Where do you get your protein?
Without a doubt, that is the most frequent question I get from people about my transitioning to a plant-based diet.
At first I felt defensive about the question but probably more irritated than anything. I’ve eaten the Standard American Diet (SAD) for years. I’ve shoved down hundreds of hamburgers, pizza, steaks, chicken, pies, cakes, etc., and never once has anyone ever questioned me about my diet at all. (OK, my Mom told me I was getting fat, but I won’t count that one.) But once I switched over to fruits, vegetables, nuts, and legumes (and the occasional black bean burger), suddenly everyone is concerned about my diet and health!
And honestly, most people who know me have actually freaked out a bit that I’m no longer eating meat. I’m almost looked at with shock, if not pity. What a weirdo I must be! (Ok, I admit it: I used to think vegetarians were tree-hugging hippies.) Apparently I will not only be less healthy if I forego meat, I will also need to surrender my American citizenship!
All I know is, when I eat the SAD diet, my knees hurt, my joints ache (because meat, among other things, causes inflammation in the joints), I’m lethargic…oh, and my pants get too tight. When I am consistently eating plant-based food, I have virtually no pain, I have lots of energy, and my clothes begin to fit better.
I’ve recently been reading a book entitled “Proteinaholic” by the well-known and respected Director of Bariatrics at a hospital in Houston, Texas, Dr. Garth Davis. Dr. Davis counsels obese patients about reversing their weight and health issues by going plant-based. For those who ignore his advice, he performs various weight reduction surgeries like gastric bypass and lap band surgeries. This quote from Dr. Davis really impacted me: “Some people think the plant-based, whole foods diet is extreme. Half a million people a year will have their chests opened up and a vein taken from their leg and sewn onto their coronary artery. Some people would call that extreme.” The side-effects of consuming protein from animals include obesity, heart disease, hypertension and strokes. Eating plant-based food causes none of these health issues.
Also, in the book he asks the question, “What about my vegetarian patients? The simple answer is “I really can’t answer that, because I don’t have any.”
So, before I attempt to answer the simple question I’ve been asked, I need to state a few facts. According the Center for Disease Control (CDC), the average man needs to consume 56 grams of protein a day, and the average woman requires 46 grams. The National Health and Nutrition Examination Survey reports that the average man in the U.S. actually eats a whopping 102 grams, and the average woman eats 70 grams. The media and marketing campaigns trying to convince us we need more protein is certainly working!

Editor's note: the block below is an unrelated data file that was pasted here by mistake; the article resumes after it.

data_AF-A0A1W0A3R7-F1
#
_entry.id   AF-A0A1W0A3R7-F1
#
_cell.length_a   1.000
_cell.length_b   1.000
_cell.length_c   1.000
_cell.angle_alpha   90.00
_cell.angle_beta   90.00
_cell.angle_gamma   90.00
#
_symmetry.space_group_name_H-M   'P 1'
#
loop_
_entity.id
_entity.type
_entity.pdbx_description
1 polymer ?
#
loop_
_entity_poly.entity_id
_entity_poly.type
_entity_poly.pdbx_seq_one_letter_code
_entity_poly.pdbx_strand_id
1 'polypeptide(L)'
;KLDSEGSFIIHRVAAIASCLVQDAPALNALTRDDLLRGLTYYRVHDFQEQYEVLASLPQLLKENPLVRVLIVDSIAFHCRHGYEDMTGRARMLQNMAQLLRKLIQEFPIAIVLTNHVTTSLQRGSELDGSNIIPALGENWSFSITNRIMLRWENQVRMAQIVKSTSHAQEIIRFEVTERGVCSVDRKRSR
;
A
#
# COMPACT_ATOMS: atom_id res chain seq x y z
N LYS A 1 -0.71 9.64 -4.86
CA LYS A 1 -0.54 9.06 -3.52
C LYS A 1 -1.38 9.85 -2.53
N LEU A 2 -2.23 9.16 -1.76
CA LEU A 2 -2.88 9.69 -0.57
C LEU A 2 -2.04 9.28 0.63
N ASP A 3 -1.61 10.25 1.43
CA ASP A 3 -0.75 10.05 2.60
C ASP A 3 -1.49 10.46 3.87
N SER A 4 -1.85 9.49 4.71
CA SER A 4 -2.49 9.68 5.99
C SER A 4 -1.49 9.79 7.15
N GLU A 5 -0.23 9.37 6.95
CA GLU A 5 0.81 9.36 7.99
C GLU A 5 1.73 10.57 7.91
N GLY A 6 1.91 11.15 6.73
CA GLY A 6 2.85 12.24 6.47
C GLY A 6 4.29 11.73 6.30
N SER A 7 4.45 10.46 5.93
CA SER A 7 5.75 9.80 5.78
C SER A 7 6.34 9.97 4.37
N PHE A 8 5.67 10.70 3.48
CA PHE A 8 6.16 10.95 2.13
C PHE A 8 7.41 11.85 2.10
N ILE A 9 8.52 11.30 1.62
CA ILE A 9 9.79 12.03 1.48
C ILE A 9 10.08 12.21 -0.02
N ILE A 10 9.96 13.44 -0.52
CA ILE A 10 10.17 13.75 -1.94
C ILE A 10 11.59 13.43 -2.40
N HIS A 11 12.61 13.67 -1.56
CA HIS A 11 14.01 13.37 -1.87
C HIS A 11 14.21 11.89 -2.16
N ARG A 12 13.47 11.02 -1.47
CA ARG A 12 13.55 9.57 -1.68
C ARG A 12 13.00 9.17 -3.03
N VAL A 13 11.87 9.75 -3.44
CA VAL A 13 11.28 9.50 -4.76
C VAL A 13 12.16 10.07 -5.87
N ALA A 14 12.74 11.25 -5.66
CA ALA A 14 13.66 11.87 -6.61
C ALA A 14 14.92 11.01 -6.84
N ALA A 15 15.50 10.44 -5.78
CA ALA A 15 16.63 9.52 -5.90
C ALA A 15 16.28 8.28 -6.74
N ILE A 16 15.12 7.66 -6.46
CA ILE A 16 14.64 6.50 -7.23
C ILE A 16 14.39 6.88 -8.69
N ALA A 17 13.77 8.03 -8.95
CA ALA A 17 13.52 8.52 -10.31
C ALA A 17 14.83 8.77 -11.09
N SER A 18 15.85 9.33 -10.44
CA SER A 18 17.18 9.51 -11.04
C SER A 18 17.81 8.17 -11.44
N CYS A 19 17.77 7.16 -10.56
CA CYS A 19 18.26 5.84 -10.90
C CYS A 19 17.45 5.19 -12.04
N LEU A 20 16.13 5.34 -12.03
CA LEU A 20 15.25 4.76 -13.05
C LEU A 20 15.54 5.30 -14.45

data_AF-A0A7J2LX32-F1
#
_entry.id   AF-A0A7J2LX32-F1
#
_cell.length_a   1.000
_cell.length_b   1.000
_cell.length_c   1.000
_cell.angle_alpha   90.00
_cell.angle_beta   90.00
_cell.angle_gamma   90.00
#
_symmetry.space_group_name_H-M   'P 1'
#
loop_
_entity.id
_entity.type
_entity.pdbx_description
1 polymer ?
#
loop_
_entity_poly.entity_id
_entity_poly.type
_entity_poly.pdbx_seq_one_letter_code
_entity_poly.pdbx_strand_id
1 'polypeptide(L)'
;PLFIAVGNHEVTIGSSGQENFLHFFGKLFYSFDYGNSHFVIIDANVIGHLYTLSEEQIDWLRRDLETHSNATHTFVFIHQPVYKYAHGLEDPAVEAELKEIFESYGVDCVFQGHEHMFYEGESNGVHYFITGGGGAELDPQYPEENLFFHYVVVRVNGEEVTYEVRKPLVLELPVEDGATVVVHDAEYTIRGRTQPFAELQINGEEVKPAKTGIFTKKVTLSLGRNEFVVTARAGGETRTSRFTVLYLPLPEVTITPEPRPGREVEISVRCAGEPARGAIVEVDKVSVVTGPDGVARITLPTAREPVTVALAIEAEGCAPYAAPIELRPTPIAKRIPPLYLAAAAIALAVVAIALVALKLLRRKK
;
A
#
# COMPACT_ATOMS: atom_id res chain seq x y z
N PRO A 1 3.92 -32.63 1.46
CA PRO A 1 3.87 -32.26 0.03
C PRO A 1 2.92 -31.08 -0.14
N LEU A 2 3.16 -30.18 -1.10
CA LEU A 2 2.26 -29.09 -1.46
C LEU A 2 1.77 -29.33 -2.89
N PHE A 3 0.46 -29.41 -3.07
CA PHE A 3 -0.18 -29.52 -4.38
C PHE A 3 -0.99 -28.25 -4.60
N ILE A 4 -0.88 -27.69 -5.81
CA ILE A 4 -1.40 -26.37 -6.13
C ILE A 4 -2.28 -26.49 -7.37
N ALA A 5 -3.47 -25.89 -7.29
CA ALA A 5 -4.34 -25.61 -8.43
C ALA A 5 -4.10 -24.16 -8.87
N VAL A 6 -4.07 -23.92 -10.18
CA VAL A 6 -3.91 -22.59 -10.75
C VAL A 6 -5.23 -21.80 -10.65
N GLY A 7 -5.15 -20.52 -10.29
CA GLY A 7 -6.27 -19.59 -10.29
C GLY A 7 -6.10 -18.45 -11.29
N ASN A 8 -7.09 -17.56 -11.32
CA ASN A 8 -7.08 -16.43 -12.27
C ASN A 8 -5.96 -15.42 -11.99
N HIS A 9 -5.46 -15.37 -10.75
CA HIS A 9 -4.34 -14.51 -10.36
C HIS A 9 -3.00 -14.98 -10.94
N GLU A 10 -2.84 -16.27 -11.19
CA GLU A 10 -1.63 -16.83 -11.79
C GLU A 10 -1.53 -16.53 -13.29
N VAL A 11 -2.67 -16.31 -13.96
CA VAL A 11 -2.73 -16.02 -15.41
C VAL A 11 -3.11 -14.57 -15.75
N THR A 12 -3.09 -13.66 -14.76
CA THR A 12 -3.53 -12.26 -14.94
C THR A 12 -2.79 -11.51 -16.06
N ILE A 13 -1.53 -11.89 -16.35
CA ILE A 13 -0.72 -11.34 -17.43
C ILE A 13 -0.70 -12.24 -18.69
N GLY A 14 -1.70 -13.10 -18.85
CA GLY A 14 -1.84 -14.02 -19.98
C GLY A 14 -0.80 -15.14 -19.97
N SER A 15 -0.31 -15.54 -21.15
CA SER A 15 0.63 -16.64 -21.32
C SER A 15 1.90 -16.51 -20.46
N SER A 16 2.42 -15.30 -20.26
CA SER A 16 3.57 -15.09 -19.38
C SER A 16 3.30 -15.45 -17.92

I’m not going get into the science of protein requirements and bodily function needs. All I know is I’ve done enough research to know that if I eat as much plant-based food as I want, and I mean AS MUCH as I can possibly hold in my stomach, I am going to get enough protein from those foods to sustain me as a middle-aged man in my 50’s. And not only that, there are plenty of examples you can find online of plant-based athletes, who are clearly getting enough protein. Just check out the website Great Vegan Athletes. These people are definitely NOT protein deficient, so I’m certain I’m not!
So, what DO I eat to get my protein? All the fresh veggies and fruit I can possibly consume. A lot of people don’t know that there’s protein in plants. I’m certainly not wasting away, and I’m not losing muscle mass. What I do know is that my cholesterol and weight are coming down. I also recently had a cardiac CT scan to measure the amount of plaque in the arteries of my heart. Thankfully, for my age group, I’m in the 45th percentile and I’m at a relatively low risk for a heart attack. My hope and intention is to actually reverse the heart disease I do have so I can enjoy my later years without fear or concern of advanced heart disease, high cholesterol, hypertension, or being susceptible to having a stroke. And based on the research I’ve read, reversal is not a pipe dream. See the documentary, “Forks Over Knives” for some stunning information on the reversal of heart disease for those on a plant-based diet. Check it out on Netflix.
Maybe the better question we should be asking is what do we need to eat to prevent all of the aforementioned woes of eating the SAD diet. I’ve made my decision.
What’s on YOUR plate, and how is it improving your current health?